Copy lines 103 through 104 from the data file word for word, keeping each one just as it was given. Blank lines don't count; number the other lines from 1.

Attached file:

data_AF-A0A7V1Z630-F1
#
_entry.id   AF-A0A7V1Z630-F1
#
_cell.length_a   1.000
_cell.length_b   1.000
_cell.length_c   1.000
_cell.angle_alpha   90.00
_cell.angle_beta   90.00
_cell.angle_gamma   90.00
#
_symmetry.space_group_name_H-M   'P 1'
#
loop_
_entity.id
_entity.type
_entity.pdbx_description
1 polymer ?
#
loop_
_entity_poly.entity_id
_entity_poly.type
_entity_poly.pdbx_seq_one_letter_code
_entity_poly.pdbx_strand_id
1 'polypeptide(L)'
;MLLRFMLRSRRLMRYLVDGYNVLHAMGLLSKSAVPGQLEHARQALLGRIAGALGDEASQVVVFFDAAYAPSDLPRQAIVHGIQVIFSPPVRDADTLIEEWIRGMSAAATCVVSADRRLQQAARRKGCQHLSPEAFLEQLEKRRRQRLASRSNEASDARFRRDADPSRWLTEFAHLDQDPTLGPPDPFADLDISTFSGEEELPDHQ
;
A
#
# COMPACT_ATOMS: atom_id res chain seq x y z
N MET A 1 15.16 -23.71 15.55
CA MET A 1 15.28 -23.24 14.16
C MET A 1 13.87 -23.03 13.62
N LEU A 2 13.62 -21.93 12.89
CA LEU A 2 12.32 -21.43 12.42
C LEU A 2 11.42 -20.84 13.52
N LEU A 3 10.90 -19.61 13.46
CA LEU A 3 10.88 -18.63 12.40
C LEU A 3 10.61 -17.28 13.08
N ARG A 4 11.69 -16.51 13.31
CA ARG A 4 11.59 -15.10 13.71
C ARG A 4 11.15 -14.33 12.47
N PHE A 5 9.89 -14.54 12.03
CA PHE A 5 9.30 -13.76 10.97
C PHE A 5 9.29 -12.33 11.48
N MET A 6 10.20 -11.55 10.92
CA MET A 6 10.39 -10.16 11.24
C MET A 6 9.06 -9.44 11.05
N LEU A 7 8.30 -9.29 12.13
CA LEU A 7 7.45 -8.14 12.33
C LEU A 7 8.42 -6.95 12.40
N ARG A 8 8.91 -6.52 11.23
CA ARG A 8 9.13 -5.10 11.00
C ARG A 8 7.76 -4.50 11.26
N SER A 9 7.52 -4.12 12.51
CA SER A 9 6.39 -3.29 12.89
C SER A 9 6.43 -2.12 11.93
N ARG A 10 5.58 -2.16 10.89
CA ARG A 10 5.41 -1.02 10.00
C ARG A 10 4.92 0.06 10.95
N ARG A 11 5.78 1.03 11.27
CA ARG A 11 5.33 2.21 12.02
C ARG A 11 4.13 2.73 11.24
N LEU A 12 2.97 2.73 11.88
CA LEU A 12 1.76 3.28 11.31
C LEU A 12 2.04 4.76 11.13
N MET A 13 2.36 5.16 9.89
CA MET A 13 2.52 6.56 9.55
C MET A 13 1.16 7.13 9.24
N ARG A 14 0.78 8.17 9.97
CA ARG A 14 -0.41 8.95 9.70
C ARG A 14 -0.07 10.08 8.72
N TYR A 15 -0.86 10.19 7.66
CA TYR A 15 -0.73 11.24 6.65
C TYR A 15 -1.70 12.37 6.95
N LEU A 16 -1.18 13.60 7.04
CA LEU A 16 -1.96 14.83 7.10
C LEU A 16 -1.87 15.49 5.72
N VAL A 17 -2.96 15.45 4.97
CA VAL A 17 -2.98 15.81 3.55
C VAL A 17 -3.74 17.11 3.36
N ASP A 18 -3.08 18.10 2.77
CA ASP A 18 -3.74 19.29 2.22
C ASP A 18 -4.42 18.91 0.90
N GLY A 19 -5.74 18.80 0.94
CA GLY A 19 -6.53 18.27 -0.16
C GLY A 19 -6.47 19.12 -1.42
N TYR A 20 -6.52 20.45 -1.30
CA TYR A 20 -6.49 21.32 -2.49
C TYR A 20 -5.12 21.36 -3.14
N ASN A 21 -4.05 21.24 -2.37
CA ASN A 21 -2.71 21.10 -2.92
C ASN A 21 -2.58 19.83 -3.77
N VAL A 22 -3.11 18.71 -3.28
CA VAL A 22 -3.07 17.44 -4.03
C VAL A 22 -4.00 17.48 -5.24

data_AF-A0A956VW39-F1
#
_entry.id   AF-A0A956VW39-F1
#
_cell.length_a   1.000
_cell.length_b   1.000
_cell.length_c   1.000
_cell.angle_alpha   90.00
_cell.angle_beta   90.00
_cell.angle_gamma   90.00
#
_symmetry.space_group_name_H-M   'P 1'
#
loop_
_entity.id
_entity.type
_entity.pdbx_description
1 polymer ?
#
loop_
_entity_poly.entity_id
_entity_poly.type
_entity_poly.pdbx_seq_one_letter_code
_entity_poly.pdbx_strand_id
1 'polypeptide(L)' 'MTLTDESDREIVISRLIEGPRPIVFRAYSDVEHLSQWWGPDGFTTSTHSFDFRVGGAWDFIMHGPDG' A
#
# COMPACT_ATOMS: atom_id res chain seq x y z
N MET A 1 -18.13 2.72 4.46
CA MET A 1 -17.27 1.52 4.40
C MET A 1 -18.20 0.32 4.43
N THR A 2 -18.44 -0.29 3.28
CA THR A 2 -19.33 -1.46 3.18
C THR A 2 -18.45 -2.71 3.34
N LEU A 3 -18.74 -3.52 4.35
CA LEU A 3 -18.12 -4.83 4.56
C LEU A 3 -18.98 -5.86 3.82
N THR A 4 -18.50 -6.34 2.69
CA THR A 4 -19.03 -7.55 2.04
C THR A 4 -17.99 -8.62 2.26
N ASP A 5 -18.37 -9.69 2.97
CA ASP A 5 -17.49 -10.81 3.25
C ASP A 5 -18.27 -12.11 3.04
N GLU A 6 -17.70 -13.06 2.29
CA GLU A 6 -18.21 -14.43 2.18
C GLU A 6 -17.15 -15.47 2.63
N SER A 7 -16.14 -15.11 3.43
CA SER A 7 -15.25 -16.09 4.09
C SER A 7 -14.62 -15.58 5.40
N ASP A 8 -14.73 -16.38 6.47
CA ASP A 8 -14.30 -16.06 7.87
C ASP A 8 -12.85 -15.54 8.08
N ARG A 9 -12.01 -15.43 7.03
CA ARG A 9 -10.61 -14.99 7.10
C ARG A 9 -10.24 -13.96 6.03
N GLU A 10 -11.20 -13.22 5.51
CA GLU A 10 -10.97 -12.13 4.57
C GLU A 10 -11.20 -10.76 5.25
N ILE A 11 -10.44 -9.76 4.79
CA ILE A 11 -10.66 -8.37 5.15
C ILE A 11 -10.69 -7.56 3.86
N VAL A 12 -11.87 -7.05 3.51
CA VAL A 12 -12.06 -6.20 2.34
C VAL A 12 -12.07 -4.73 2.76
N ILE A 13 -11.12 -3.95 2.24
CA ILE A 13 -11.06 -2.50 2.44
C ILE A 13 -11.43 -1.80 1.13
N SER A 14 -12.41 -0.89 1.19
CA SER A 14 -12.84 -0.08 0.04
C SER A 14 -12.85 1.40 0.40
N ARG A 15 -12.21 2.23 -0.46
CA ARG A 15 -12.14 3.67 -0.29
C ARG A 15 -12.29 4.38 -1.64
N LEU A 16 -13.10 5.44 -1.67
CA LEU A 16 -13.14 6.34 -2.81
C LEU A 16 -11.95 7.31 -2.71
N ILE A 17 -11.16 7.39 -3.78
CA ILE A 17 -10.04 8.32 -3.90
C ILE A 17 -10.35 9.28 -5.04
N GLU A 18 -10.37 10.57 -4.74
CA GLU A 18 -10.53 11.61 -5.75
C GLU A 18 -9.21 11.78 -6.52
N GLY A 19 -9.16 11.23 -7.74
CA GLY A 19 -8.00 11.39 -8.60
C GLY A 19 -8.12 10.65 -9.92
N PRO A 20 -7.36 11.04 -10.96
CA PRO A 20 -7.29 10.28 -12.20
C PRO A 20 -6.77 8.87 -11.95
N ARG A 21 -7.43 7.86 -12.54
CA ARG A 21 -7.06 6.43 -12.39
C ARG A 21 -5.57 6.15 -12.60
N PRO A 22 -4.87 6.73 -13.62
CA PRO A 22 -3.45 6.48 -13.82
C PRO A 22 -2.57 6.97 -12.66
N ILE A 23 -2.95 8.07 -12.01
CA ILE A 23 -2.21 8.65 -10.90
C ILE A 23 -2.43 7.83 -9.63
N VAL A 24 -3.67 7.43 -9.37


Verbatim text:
_cell.length_c   1.000
_cell.angle_alpha   90.00